A full stomach makes a happy heart, the saying goes. But one Utah man is taking some hits from doubters on the Internet over his heartfelt acts to feed both his friends and the homeless.
Several months ago, Matt Tribe snagged a limited edition, $99 pasta pass from Olive Garden that granted owners unlimited meals for seven weeks. After learning he could use the pass for take-out orders, an idea formed for how he could share his newfound bounty: Random Acts of Pasta.
“I decided to get pasta everyday and show up at their houses and give them pasta. Friends, family and strangers. I wanted to brighten their day,” he told TODAY.
He quickly started sharing the meals with the homeless after a series of unannounced visits to the homes of his friends — and finding the houses empty.
But Tribe said he wanted to help feed the homeless from the beginning. One day, during a long lunch break, he decided to “cruise around until I found someone that could use a warm meal.”
“After a brief search, I found one of the nicest dudes I had ever met,” he wrote on his blog. “I asked him if he was hungry and then I returned to the car and came back with Olive Garden. The dude was incredibly grateful and offered to share the meal with me.”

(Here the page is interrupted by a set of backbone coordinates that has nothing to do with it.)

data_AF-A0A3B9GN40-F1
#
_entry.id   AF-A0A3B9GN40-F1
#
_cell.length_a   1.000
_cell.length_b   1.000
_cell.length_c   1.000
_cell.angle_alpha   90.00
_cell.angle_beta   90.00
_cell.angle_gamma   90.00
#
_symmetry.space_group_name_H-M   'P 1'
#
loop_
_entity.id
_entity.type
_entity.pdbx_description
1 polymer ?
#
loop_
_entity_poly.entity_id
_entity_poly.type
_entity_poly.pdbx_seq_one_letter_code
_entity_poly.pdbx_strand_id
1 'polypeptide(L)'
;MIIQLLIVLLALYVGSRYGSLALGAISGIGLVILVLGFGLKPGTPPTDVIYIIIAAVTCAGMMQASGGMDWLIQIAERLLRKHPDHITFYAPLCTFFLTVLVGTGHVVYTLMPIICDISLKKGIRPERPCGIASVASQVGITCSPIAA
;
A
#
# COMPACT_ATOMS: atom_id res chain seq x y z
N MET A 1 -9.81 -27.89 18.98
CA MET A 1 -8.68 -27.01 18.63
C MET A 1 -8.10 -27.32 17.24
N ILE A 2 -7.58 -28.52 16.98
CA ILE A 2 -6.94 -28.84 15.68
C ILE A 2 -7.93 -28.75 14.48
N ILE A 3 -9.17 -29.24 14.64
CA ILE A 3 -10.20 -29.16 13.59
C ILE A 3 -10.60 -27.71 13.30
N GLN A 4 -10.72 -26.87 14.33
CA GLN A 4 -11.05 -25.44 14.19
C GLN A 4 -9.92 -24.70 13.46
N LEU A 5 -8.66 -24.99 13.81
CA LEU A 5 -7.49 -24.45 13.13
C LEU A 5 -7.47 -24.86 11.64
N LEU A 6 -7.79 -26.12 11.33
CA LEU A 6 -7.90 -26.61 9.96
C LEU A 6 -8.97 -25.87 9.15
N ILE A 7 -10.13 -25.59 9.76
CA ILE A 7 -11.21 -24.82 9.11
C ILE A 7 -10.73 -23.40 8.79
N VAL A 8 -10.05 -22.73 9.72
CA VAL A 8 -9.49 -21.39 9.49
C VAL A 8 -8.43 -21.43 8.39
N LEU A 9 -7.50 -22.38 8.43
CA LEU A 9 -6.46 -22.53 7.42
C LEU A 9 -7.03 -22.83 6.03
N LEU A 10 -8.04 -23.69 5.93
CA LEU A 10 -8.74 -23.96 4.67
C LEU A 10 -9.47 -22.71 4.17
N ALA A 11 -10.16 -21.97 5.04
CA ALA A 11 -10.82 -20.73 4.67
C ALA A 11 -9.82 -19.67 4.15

In the end, Tribe used the pasta pass 125 times, visiting 11 Olive Garden locations in the process. A video of him taking deliveries to the homeless on the street went viral, along with the story behind it.
Quickly, skeptics over the Internet expressed doubt over Tribe’s actions, questioning whether they were either part of a hoax — or part of a crafty marketing ploy by a popular Italian restaurant chain.
Tribe said the accusations stung.
“It kinda hurt. I spent so much time and effort on this. I just wanted to do something nice,” he told TODAY.
In a Tweet, Olive Garden denied any involvement in Tribe’s effort beyond providing him with the pass he purchased.
In a statement to TODAY.com, the company confirmed it did not work with Tribe but approved of what he has done.
“We applaud Matt for his generous use of the Pasta Pass, and we’re proud to play a small part in his powerful story,” according to the statement from Darden Restaurants, which owns Olive Garden. “His actions align with our harvest program, which allowed our restaurants to donate more than 4.2 million meals to local food banks last year.”
Tribe insists his motives were pure: “I wanted to show people how easy it is do something nice for people.”
Tribe said his Random Acts of Pasta project was one of the most “fun and fulfilling” things he has ever done, and he continues to look for more opportunities to give.
“At the end of the day, I got more out of this experience then anyone else,” he said. “It changed my outlook, it changed my life.”
Sources: today.com & youtube.com – Content Submission – Kristi Jo Jedlicki